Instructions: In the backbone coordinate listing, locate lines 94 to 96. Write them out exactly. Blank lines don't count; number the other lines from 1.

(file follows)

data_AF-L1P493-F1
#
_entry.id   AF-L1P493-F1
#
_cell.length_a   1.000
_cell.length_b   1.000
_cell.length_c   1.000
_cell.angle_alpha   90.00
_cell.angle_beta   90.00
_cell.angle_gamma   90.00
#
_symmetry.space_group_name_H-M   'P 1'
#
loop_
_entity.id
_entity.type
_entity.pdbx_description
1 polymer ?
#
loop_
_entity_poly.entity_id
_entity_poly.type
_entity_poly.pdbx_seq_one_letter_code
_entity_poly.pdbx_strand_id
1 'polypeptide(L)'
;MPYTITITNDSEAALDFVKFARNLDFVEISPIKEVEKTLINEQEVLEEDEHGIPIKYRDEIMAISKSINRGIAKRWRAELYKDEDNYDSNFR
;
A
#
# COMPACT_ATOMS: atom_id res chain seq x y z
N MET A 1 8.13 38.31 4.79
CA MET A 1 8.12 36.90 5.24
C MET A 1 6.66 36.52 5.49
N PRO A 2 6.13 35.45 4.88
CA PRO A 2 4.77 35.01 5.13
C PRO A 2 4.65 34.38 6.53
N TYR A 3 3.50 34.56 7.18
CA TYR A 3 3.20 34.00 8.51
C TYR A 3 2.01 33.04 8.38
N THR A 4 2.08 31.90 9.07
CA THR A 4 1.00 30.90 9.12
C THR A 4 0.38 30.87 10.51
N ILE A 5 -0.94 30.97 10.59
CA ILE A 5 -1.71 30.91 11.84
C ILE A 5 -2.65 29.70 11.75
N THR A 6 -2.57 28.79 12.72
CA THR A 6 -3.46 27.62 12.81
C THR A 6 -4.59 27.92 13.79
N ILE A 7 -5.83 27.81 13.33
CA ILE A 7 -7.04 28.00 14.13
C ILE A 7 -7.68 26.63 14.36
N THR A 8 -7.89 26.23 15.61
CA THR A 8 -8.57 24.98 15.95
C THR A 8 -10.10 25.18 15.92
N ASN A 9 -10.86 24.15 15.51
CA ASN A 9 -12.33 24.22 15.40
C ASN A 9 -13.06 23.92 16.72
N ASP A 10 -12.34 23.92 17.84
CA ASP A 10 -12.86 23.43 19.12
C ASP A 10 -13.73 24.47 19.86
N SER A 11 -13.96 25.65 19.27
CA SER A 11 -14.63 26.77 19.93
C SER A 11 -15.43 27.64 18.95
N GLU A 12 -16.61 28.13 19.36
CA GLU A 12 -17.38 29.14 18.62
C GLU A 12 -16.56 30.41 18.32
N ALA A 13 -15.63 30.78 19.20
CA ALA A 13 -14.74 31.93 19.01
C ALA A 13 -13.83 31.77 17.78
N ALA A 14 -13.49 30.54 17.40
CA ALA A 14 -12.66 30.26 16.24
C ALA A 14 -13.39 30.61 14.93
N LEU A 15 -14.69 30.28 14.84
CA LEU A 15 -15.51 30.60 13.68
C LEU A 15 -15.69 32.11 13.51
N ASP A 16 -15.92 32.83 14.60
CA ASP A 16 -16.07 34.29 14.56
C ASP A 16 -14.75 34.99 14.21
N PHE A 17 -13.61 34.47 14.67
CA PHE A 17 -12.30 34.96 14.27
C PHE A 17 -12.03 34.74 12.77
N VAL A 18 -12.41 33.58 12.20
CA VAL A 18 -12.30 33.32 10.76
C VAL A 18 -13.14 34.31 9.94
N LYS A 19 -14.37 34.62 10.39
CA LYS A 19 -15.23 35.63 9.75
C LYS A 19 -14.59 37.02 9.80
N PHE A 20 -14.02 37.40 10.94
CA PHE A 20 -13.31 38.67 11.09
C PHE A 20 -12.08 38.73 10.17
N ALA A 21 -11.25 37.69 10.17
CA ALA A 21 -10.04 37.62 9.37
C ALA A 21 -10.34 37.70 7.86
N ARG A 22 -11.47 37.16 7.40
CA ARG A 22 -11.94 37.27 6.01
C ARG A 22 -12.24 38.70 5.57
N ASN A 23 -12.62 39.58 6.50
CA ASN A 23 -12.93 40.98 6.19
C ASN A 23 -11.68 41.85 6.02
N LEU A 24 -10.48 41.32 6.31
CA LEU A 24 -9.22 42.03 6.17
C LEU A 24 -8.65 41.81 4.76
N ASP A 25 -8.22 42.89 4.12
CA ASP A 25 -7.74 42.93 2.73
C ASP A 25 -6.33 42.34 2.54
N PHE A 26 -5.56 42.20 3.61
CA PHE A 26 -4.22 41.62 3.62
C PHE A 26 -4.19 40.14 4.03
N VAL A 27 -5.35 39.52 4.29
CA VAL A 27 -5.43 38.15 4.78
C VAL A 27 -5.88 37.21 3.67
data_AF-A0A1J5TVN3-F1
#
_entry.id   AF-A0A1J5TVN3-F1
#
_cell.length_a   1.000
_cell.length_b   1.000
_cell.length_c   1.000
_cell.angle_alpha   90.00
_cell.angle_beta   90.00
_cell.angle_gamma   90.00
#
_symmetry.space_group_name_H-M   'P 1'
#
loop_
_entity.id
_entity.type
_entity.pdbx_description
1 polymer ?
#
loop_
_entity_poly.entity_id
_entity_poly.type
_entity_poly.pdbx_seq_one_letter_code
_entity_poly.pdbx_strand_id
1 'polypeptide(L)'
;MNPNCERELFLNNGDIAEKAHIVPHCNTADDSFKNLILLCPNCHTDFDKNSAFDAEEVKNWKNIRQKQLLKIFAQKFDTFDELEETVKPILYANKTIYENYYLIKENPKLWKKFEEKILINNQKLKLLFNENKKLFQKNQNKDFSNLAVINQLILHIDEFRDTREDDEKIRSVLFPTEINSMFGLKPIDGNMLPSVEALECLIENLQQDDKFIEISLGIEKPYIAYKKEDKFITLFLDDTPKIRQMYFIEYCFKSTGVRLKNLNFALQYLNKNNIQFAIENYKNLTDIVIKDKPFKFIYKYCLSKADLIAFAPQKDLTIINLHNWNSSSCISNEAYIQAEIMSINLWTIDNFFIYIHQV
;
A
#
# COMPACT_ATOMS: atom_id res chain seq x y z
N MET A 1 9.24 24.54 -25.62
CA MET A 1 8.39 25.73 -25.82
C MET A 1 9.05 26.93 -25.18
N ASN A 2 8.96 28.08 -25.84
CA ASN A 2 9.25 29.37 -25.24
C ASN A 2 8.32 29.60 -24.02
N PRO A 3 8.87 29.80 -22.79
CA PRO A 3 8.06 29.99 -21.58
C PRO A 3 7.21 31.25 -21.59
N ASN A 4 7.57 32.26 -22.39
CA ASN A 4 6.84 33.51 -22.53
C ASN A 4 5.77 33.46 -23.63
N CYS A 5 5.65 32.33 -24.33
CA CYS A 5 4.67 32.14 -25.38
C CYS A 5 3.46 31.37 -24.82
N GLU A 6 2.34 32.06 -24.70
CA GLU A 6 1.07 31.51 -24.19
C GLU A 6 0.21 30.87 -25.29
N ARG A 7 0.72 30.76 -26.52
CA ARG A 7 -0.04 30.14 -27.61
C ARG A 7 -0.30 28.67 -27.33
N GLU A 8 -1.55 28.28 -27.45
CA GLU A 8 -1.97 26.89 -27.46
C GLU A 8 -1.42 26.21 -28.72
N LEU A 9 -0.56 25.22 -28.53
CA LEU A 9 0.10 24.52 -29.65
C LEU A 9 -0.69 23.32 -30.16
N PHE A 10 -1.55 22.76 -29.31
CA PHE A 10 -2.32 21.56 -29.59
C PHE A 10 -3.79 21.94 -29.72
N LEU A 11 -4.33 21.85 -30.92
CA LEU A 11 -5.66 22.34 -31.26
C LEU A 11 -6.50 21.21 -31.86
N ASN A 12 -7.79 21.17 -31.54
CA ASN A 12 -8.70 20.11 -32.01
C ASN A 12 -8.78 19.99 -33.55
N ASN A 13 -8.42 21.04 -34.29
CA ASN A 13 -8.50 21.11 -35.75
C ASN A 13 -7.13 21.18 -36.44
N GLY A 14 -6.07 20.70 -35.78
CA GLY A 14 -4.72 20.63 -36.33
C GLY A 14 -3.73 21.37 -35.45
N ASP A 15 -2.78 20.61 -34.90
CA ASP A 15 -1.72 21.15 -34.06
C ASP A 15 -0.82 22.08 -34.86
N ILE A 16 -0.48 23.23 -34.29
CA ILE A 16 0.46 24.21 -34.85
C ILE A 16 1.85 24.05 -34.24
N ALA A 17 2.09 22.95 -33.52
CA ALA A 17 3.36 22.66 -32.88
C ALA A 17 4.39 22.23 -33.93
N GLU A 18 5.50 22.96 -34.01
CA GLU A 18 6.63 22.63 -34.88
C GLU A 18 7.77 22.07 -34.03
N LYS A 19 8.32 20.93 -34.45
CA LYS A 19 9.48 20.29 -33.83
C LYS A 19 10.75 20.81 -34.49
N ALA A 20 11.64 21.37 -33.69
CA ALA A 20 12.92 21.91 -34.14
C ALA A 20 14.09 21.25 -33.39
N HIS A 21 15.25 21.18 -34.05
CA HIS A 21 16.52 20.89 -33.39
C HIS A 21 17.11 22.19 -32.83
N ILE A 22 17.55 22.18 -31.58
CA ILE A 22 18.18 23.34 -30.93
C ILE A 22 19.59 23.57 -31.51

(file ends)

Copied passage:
N ARG A 22 -11.47 37.16 7.40
CA ARG A 22 -11.94 37.27 6.01
C ARG A 22 -12.24 38.70 5.57